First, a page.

Tuesday, June 13, 2017

Most Amway IBOs "Do Nothing"?

I see and hear this quite frequently, that most IBOs do nothing and quit. Quite often, it's some Amway apologist using this as a defense as to why the average earnings of an IBO is so low. Even if many IBOs "do nothing", they are still registered IBOs, and therefore count if you are measuring an "average". What Amway apologists like to do it exclude those who achieve nothing, but at the same time, count the high achievers in the average, thus giving a false impression of what the earnings are for a rank and file IBO. A better way in my opinion, would be to exclude the lowest and highest earners. That will give a more accurate idea of what someone can expect to earn in Amway.

But let's look at the term "do nothing". I cannot accept that most people do absolutely nothing. They were open enough to talk to someone about a business. They were motivated enough to be looking for something. They were motivated enough to (likely) attend a presentation and they were motivated enough to spend money on a starter kit. I would add that in many cases, groups such as BWW, WWDB or Network 21 for example, will add on somem charges to that starter kit, which may include some tools or possibly a ticket to the next function. If you actually visit the Amway website, you will see that actual enrollment costs less than $100. With the motivational groups tacking on fees, startup kits might cost several hundreds of dollars. That being the case, I can't accept that people did all of the above, paid to join and then let the starter kit sit there collecting dust.

It would be my educated theory that many people "achieve nothing". but they don't "do nothing". A more likely scenario in my opinion, is that people sign up, and they do contact others, try to sell the business or some products, but because of past IBO behavior, they encounter the term scam or pyramid, and an extremely low rate of people open to joining Amway. Knowing that you cant "go diamond" without sponsoring, many or possibly most IBOs try to get others to join. Because a lot of Amway products are not competitively priced and because of previous reputation issues, it is a very tough sell for new people. In my opinion, this is why Amway is growing faster in foreign countries, because IBOs have not yet damaged the name of Amway. Keeping this is mind, it is my guess that the real life average income is about $100 a month, not the $200+ that Amway recently reported, as they conveniently excluded over 50% of the IBO sales force.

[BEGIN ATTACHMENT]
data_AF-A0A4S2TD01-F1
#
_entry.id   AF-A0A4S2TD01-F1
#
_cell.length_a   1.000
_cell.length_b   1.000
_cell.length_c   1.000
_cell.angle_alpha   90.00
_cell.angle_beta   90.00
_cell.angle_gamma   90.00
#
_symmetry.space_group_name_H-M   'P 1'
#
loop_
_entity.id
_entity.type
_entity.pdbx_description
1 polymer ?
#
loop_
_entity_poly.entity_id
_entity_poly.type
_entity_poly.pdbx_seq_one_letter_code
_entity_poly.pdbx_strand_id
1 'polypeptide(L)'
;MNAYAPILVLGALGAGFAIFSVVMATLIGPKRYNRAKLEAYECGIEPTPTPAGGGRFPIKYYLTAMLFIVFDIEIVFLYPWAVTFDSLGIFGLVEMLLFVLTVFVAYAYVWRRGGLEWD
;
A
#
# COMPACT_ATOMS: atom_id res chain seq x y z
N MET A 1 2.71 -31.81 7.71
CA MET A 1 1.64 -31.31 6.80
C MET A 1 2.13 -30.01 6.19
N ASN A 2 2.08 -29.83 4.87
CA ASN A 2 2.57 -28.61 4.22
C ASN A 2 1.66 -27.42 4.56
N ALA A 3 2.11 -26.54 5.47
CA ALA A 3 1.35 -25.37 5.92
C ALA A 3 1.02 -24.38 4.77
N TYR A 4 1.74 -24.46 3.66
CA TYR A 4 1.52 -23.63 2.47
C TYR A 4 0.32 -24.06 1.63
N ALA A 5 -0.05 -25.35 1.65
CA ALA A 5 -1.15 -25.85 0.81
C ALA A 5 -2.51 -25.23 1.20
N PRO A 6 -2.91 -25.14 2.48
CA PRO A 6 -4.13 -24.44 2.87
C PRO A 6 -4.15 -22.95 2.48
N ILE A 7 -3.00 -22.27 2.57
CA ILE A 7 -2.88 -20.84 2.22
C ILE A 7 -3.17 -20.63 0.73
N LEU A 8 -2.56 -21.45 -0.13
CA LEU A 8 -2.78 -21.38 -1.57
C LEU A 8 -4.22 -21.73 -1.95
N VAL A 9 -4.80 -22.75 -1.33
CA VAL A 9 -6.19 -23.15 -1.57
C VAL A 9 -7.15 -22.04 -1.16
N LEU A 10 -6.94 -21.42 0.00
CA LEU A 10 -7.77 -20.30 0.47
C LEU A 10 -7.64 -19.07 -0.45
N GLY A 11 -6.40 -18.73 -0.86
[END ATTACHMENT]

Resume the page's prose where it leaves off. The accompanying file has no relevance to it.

If people are saying that all these folks "did nothing", ask them how they could possibly know if someone "did nothing". The answer is that they don't know. In my time as an IBO, I saw people come and go, some doing little, some doing a lot, but I never saw a single person sign up and not even open the starter kit or at least try to prospect and/or sell. I believe the Amway system is simply flawed and the low achievement levels of IBOs in general is a product of that flawed system. You're welcome to try and prove me wrong (but you can't).


kwaaikat said...

What is also telling is that people that end up quitting ("because they are not sufficiently hard working or committed") almost without exception also stop purchasing Amway products.

Joecool said...

When the dreams of wealth fade, so goes the desire for Amway products. Funny how that works?

Anonymous said...

If Amway products were intrinsically good, useful, and desirable, people would continue to buy them even after leaving the Amway business. But they don't do that.

In court, this would be prima facie evidence that Amway products are distributed solely as a cover for a pyramid scheme.